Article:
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Ladies Report Men's Report Pairs Report Dance Report
It's all over except for the exhibition, which begins at noon.
This has been the best Four Continents Championships ever, thanks to this being the venue for next year's Winter Olympic Games. We are unlikely to see the best skaters for each country competing in a 4C anytime again soon. Attendance was very good, by current standards, though one would have thought with gold medal contenders in every event, the competition might have drawn even better than it did. Only the Ladies final had a stand-out crowd; and then for that event, there seemed to be more people in the building rooting for Yu-Na Kim than Joannie Rochette.
The competitors now have six weeks to lick their wounds and plan their final strategies for the World Championships in Los Angeles. Patrick Chan leaves here the new favorite in the Men's event. Though he does not have a quad, he gets big component marks, and his programs are held out as the epitome of how programs should be constructed under IJS. Evan Lysacek restored some of the luster to his current reputation by placing second here with two strong skates, and landing a nice quad toe loop in the process -- something he had supposedly give up on. (So, was that a change of heart, or pre-Nationals head games?)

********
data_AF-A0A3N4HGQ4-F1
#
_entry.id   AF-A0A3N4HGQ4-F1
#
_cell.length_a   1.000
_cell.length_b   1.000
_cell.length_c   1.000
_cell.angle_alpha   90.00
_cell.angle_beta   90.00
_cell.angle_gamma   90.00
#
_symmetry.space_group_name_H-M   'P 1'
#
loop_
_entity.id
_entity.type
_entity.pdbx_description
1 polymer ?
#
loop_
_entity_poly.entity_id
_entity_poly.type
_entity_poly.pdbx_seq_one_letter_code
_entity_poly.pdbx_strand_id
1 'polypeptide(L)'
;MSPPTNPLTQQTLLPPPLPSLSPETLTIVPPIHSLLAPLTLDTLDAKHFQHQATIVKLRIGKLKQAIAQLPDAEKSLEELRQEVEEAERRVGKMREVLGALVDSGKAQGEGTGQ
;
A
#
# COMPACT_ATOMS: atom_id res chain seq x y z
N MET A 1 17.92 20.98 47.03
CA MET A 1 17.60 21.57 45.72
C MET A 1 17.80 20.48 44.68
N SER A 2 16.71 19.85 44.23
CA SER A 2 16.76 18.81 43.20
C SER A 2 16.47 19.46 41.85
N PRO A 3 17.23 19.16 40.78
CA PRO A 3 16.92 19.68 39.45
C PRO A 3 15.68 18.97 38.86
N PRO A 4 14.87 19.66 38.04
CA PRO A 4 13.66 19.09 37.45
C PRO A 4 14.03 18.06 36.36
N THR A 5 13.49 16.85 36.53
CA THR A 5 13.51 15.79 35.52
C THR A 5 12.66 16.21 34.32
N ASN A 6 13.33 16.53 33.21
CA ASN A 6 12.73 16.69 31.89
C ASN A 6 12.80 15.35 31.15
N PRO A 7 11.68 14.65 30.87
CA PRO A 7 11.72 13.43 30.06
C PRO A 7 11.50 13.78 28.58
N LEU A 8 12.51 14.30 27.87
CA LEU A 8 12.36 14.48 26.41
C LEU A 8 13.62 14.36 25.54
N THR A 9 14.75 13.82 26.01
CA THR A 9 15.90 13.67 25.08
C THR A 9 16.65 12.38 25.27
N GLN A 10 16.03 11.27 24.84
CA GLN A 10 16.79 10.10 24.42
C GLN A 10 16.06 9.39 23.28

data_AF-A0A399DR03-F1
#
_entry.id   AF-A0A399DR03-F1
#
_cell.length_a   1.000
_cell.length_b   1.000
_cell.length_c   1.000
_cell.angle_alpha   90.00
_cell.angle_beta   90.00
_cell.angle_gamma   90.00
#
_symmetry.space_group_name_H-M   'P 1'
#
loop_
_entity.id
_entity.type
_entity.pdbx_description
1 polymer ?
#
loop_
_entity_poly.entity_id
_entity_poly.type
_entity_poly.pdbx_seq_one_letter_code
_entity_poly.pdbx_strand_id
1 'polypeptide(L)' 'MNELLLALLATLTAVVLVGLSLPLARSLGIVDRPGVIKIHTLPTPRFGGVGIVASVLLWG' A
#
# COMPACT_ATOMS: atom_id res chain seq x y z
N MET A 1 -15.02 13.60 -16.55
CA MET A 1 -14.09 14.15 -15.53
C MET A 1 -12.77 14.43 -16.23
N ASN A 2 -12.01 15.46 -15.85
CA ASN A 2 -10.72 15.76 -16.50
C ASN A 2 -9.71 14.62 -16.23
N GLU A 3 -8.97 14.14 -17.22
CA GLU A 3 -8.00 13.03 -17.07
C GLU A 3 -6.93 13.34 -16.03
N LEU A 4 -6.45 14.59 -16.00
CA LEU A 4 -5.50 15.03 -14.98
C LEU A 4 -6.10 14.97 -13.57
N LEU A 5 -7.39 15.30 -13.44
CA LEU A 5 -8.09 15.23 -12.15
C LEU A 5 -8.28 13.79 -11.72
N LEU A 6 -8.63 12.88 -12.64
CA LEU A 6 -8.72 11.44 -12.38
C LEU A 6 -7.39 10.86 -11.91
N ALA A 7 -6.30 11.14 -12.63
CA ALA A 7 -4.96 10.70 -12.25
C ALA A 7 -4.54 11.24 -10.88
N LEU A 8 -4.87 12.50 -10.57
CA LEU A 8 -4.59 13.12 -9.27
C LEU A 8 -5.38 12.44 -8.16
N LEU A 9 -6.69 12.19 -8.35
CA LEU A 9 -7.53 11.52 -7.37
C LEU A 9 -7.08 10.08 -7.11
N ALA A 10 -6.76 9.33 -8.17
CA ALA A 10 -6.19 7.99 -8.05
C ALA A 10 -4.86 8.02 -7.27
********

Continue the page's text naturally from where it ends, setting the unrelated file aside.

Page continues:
The three Ladies medalists here should all be in the mix at Worlds, with the addition of Lepisto and Kostner. There is no good reason for it that we can see, but Mao Asada displayed the least confidence here in mental attitude, even though she has the tools to win if she puts them to good use. It has not gone unnoticed that the best placing U.S. Lady here will not be competing at Worlds. Czisny and Flatt are now under even more intense pressure to earn three Olympic berths for the U.S. Caroline Zhang returns to Junior Worlds where she has won a Gold and Silver in past appearances.
Of the non-European pairs, Pang & Tong leave here seemingly the most prepared for Worlds. The U.S. teams, on the other hand, leave here with plenty of homework.